Carlos Ghosn, former president of Nissan, is in jail in Japan, despite being not yet prosecuted, a situation that raises questions about court proceedings, writes The Wall Street Journal and elicits the hypothesis of a merger blockade with Renault.
"A boss who at one point was considered a company savior arrested at the airport, held for several days without being prosecuted, prosecutors questioned in the absence of a lawyer and dismissed on the basis of press information No, it is capitalist Japan where Carlos Ghosn, the former director of Nissan Motors is holding a bizarre insight, but the episode should be worrying about something a person facing legal proceedings and corporate governance in Japan, "The Wall Street Journal said.
"Many years ago, Ghosn was famed in Tokyo to save Nissan from a bankruptcy. Now he is in police for an indefinite period unable to contact his family and unable to defend his reputation.) Japanese law allows suspicion to be held in 48 hours, and ten days and ten days later without charge, and the police can order the arrest again if there are suspicions of another crime, but this treatment is more appropriate for an interlocutor of the Yakuza mobster group than an international leader who lacks criminal action for fraud or abuse in the office. "It was definitely not how the Japanese prosecutors acted with suspects in Toshiba or Olympus, two companies affected by financial scandals, underlines WSJ editorialists.
The allegations in the press are also bizarre because Nissan should have been aware of these facts. According to the press, Carlos Ghosn has not considered $ 44 million in compensation in the last five years. But Nissan would have to report compensation in public financial items. Nissan claims that another governor, American Greg Kelly, has coordinated the compensation plan. And Greg Kelly is arrested for prevention, without being able to communicate in public. But if he and Carlos Ghosn could do these things without observing Nissan, the company would probably have much more internal control problems than unprotected compensation arrangements, notes WSJ.
Another allegation is that Ghosn used corporate funds to buy housing in Rio de Janeiro and Beirut. Nissan should know if it's corporate or personal housing. A source near the Ghosn family claims that the boss is not the owner of the houses.
"Perhaps there is evidence to support these suspicions, but the details of the allegation's context and context are skeptical." Last week, Nissan dismissed Carlos Ghosn as president, and Mitsubishi Motors handed it over to Carlos in the absence of Carlos Ghosn Nissan's current director, Hiroto Saikawa, ally with Carlos Ghosn, but now he describes Ghosn as powerful and explains that he received much credit for Nissan's reload in the 21st century. Saikawa criticizes Ghosn publicly in hard terms. If anyone wants a business president to be misunderstood by most Japanese audience to save Nissan, there is no better way than making charges that lead to arrest and silence. And the Japanese press had received signals in advance of arrest, as they were journalists, Du Haneda Airport, "WSJ claims.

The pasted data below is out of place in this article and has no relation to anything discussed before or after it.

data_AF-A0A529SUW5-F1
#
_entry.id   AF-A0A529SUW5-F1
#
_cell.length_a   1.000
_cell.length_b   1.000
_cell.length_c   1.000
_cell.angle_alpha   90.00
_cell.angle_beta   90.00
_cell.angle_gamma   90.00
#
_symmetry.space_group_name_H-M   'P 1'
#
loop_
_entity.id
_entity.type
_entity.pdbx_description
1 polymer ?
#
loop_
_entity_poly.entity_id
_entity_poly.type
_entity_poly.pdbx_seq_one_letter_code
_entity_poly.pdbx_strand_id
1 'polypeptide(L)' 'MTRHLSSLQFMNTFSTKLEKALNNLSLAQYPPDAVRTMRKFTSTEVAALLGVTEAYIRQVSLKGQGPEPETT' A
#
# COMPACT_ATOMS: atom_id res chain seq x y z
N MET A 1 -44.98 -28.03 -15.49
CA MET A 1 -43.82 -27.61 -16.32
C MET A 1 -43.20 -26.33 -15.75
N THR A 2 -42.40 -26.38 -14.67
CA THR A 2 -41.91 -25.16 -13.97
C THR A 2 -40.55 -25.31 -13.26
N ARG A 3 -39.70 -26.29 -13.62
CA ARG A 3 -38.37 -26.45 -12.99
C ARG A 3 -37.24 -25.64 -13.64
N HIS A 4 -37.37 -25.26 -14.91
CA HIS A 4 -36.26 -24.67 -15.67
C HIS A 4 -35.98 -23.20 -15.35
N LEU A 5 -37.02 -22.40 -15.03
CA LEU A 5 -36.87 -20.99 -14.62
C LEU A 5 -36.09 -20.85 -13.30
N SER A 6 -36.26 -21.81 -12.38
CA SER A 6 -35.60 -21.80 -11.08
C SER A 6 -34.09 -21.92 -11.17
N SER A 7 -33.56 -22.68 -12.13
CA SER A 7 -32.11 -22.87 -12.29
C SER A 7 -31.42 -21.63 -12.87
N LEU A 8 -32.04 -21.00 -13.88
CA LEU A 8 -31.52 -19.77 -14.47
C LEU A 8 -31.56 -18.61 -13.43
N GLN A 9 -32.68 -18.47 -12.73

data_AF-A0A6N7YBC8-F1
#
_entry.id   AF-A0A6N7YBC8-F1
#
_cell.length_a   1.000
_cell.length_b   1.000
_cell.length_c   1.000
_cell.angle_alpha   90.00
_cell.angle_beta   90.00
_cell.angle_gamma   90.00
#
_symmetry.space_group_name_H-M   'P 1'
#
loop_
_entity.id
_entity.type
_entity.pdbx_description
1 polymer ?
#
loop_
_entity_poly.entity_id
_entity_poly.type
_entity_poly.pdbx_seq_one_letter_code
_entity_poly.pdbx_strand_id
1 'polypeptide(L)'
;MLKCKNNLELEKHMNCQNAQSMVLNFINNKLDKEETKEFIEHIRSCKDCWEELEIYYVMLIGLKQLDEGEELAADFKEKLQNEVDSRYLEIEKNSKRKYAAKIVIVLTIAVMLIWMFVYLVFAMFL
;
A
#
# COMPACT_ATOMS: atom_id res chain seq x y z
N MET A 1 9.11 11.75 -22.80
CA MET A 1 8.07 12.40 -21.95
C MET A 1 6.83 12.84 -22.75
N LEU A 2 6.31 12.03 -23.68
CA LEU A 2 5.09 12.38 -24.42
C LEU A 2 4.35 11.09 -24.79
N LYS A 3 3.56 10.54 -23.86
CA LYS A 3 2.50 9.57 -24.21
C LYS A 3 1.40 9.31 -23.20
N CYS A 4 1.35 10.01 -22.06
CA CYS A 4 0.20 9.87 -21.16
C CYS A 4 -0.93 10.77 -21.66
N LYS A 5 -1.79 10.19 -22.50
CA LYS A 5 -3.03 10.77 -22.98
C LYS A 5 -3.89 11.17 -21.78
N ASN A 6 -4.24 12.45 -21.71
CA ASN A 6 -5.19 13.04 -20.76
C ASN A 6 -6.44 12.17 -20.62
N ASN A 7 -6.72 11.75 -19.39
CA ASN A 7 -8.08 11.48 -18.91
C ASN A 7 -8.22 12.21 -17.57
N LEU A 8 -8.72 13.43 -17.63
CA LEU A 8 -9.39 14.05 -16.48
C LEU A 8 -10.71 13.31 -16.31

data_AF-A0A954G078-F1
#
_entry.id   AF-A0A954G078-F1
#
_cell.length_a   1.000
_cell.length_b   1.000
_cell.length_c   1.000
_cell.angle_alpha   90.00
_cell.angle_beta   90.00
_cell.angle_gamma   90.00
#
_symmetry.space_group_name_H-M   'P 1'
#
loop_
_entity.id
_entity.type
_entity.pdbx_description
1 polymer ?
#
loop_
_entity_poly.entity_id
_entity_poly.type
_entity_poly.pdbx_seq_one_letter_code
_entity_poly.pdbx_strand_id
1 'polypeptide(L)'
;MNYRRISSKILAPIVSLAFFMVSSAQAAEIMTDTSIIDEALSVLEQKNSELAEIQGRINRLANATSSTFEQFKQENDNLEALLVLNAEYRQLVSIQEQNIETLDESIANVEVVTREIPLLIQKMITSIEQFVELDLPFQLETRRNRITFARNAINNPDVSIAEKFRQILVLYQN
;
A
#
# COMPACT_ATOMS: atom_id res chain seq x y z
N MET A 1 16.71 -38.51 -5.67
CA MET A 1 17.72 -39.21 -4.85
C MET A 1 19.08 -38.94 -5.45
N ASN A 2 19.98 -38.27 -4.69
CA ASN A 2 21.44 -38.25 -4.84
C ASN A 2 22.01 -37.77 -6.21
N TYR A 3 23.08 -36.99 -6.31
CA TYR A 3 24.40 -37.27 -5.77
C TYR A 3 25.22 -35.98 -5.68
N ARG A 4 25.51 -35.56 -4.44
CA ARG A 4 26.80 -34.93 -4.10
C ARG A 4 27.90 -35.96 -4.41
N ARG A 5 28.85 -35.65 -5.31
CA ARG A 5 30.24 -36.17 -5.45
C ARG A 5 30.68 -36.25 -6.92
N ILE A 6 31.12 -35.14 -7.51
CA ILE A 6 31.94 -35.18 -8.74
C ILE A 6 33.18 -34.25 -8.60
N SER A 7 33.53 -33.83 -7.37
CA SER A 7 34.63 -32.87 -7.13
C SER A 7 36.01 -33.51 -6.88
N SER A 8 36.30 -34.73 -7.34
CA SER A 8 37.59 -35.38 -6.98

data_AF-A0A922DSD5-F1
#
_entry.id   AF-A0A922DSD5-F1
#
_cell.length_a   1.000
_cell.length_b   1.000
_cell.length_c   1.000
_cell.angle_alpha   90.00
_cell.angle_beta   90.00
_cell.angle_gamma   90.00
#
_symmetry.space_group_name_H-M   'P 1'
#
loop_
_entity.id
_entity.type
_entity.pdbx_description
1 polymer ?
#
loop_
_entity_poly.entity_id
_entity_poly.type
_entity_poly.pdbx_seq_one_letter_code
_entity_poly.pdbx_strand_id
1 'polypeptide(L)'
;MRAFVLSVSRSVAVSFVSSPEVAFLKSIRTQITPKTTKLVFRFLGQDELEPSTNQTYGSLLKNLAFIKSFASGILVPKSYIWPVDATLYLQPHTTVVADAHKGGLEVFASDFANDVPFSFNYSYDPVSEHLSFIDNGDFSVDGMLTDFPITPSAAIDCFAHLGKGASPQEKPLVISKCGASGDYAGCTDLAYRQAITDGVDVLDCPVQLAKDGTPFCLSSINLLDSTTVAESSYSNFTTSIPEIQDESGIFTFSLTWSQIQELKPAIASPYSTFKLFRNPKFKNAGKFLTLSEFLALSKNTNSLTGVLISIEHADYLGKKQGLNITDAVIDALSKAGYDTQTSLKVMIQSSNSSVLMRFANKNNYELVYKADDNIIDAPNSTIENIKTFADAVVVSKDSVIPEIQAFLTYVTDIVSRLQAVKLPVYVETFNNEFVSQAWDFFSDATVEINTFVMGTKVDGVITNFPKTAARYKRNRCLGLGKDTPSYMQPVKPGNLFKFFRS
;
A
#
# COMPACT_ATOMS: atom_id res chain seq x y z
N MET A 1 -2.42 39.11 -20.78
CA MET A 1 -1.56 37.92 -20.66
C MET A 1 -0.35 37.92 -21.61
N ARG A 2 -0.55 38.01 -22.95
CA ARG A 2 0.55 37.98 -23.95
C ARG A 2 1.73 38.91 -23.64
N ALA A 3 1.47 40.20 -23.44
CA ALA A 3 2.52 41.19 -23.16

"You do not have to be the author of conspiracy theories to look at these events and wonder if they are part of a wider effort to stop Carlos Ghost's plan for Nissan merger with Renault, the French car company that Ghosn remains director of Renault has intervened to save Nissan, and the two companies are still owned by a partnership formula, but Nissan has become more profitable than Renault, a company where the French government has a share of 15 percent. Hiroto Saikawa is disturbed. The French company's commitment and the arrest of Carlos Ghosn can permanently affect Partnership, "points out the daily editors of the Wall Street Journal, while observing that Japan had an organic corporate culture, but Carlos Ghosn was an exceptional foreign boss who managed to get permission.
"In connection with financial scandals, Prime Minister Shinzo Abe has adopted corporate governance reforms, but he has also promoted Japanese nationalism. Without greater transparency, without the disclosure of evidence supporting allegations and without being able to defend Carlos Ghosn and Greg Kelly, Nissan's ambition will be a black spot in the Japanese business environment, "concludes WSJ.
If you liked the article, follow MEDIAFAX.RO on FACEBOOK »
The content of the www.mediafax.ro website is for your personal information and use only. it is banned Publish the contents of this site without accepting Mediax. To get this agreement, contact us at [email protected]